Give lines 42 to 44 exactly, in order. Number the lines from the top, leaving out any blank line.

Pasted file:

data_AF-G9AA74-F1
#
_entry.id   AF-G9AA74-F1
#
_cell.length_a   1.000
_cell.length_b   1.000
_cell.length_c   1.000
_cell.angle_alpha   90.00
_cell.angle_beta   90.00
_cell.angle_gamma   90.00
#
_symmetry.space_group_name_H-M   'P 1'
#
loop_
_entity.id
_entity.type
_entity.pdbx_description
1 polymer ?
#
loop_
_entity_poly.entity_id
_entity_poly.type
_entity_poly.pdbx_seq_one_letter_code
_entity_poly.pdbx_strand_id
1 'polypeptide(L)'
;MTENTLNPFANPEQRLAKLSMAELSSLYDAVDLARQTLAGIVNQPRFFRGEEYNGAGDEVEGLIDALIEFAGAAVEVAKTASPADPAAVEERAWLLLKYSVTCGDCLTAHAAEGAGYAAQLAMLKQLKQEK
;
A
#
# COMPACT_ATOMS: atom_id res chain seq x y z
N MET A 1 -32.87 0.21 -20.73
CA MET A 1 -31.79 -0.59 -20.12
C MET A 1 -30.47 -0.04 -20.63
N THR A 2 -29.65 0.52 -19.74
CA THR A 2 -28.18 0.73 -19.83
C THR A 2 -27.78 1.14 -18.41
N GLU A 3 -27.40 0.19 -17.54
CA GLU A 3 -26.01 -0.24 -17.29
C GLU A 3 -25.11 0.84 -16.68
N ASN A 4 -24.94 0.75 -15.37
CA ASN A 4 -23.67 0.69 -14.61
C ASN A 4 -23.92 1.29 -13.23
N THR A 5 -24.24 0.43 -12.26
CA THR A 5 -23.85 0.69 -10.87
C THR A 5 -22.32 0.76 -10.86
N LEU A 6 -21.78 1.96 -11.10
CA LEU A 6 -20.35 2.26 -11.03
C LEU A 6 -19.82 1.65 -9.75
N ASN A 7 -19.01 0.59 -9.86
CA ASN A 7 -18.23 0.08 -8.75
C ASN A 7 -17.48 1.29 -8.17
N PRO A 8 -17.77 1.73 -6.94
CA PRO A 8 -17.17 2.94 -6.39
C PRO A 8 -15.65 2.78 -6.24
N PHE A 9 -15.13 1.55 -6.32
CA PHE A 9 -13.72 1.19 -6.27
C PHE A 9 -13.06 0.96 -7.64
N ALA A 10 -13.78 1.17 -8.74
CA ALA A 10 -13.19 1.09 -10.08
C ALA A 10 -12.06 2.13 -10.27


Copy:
C ASN A 4 -23.92 1.29 -13.23
N THR A 5 -24.24 0.43 -12.26
CA THR A 5 -23.85 0.69 -10.87